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Cracow: ‘Photographic Memory’

April 1 - April 25

PHOTOGRAPHIC MEMORY

Artists:  Noemi Comi, Jeremi Dobrzański Katarzyna, Feiglewicz-Peszat, Paweł Kędziora, Edmund Krempiński i Natalia Różycka, Jan Kukułka, Aleksandra Młynarczyk-Gemza, Adriana Omylak, Mateusz Pitala i Monika Raźny, Dominik Ritszel, Agata Skupniewicz, Paulius Sliaupa, Michał Tokarz Magdalena Tryba, Alexia Villard

The Photographic Memory exhibition was preceded by the open-call organized by Gallery ASP and the Association Art Historians of Jagiellonian University, Section of Contemporary Art “Współczesna”. The course of open-call has ended with 15 finalists, who were qualified for the group exhibition and one main prize (a solo exhibition), that went to Dominik Ritszel. The curator and coordinator of the project is Emilia Kutrzeba.

Photographic Memory

Between the stalls of the Market Hall, we come across those offering old photographs, cards with greetings from holidays or love letters. In the boxes you can find various photos: communion photos, ID cards, holiday photos or studio wedding photos. All these images have found their way to the traders of anonymous stories. If you look at the picture carefully and turn it over, you can see the traces of a photograph torn out of a family album. For a minimal price, we can become collectors of other people’s stories.

Maria Janion – historian of literature, ideas and imagination, researcher of Polish culture of the 19th and 20th centuries – admitted that all her life she had been fascinated by the archive of existence. An attempt to preserve the tiniest traces, to save everything. She mentioned that when her works found their way into the archive, it brought her peace of mind. Does the awareness of preserving our work, our memories, through archiving actually bring peace of mind? How does this relate to the contemporary situation? What do we feel when we look at the images recorded before the pandemic and do we manage to save them? Nowadays, the media convey the slogan ‘the situation is rapidly changing’, so how do we keep up with what is happening? How to make a choice – what is worth remembering? An archive is not only a place to store, but also a place to forget, to erase from memory and to disappear from.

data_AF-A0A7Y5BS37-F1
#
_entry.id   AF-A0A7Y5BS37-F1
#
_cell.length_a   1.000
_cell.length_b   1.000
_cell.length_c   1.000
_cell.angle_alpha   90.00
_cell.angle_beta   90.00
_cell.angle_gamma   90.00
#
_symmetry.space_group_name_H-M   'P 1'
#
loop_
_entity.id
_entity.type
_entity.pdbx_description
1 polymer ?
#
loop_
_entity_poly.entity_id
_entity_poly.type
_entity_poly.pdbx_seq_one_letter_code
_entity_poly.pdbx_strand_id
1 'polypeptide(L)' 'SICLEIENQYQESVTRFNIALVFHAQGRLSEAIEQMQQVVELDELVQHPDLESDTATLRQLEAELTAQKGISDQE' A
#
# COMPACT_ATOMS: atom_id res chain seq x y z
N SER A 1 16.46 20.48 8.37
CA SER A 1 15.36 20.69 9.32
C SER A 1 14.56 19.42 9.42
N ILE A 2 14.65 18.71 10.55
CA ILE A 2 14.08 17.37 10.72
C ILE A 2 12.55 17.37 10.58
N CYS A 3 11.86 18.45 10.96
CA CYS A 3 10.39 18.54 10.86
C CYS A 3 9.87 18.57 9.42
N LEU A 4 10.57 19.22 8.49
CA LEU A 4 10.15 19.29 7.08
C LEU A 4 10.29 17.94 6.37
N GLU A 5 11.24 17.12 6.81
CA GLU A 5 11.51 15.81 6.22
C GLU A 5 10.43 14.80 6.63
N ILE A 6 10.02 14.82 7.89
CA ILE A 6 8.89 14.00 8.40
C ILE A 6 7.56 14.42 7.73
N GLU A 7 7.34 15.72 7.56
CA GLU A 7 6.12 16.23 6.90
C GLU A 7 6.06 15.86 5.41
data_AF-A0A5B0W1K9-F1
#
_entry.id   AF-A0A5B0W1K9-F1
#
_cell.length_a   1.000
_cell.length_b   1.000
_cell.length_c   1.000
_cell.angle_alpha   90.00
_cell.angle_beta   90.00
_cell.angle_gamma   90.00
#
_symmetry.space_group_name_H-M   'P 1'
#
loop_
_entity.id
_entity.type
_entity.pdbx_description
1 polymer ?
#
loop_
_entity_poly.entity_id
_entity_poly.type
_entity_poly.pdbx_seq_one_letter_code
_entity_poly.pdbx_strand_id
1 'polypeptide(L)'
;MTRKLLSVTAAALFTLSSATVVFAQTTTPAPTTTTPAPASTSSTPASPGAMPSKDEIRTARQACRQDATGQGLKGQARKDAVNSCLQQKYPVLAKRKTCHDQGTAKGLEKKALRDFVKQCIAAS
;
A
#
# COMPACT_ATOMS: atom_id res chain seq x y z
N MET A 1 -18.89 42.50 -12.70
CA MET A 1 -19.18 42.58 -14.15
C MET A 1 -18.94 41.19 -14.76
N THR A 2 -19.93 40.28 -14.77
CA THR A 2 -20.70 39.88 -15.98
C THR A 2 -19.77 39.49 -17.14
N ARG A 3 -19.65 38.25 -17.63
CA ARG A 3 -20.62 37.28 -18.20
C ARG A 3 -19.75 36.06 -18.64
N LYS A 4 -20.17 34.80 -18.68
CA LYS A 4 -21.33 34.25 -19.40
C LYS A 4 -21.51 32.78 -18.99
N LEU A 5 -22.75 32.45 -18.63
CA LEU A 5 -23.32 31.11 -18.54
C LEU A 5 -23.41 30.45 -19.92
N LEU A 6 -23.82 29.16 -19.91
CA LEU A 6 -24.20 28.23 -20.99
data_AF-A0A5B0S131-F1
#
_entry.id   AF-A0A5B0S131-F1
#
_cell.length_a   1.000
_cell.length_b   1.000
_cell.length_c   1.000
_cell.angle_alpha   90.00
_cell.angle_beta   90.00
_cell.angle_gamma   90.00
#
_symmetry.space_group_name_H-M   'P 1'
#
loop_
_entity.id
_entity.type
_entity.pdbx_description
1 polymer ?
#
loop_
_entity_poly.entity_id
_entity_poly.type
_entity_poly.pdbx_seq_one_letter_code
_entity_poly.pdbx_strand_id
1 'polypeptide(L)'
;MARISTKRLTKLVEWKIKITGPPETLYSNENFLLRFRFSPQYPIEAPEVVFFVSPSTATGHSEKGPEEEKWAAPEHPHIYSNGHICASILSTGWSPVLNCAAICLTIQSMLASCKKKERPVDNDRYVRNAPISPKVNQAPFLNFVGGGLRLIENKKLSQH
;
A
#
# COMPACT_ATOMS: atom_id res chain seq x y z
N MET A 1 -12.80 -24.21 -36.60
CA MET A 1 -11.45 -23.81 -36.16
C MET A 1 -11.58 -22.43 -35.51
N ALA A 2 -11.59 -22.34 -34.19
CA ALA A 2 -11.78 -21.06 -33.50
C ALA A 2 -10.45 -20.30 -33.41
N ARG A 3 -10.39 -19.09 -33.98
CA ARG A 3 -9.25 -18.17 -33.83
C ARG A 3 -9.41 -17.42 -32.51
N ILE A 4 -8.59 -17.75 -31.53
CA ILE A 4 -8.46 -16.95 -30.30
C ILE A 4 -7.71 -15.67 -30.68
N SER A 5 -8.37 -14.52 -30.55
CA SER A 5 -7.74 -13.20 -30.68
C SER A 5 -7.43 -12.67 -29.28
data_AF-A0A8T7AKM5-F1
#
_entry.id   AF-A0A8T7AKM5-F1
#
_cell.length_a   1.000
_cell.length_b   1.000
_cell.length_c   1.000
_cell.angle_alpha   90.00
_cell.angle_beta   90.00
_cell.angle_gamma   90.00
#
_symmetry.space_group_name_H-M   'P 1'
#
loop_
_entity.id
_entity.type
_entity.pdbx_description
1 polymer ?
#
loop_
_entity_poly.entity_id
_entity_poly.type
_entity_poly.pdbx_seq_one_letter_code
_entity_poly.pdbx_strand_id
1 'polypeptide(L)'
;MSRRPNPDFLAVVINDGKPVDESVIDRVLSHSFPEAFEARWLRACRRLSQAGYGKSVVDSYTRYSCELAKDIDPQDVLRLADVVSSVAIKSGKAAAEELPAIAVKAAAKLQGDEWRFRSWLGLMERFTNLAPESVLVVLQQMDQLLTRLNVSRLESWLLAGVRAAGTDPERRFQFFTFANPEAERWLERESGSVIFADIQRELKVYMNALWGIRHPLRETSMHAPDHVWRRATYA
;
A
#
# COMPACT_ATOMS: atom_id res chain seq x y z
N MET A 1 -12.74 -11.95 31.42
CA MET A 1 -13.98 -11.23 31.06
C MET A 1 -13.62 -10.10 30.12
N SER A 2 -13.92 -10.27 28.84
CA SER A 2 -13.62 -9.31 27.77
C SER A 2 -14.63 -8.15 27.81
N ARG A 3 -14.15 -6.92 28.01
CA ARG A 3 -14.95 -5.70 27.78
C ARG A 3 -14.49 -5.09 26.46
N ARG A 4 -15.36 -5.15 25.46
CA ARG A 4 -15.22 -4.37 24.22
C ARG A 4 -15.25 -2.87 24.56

In the age of ephemeral media on the TV screen, phone or computer, we are not watching the Big-Bang, but its echo, its projection into space-time today. At a time when we hear the order to stay home for safety, but at the same time we have to go out on the street and fight for our rights – the world begins to become an image. Not only is the archive a place of memory, but memory is also a photographic archive. From micro to macro history, how can ‘photographic memory’ be interpreted today?

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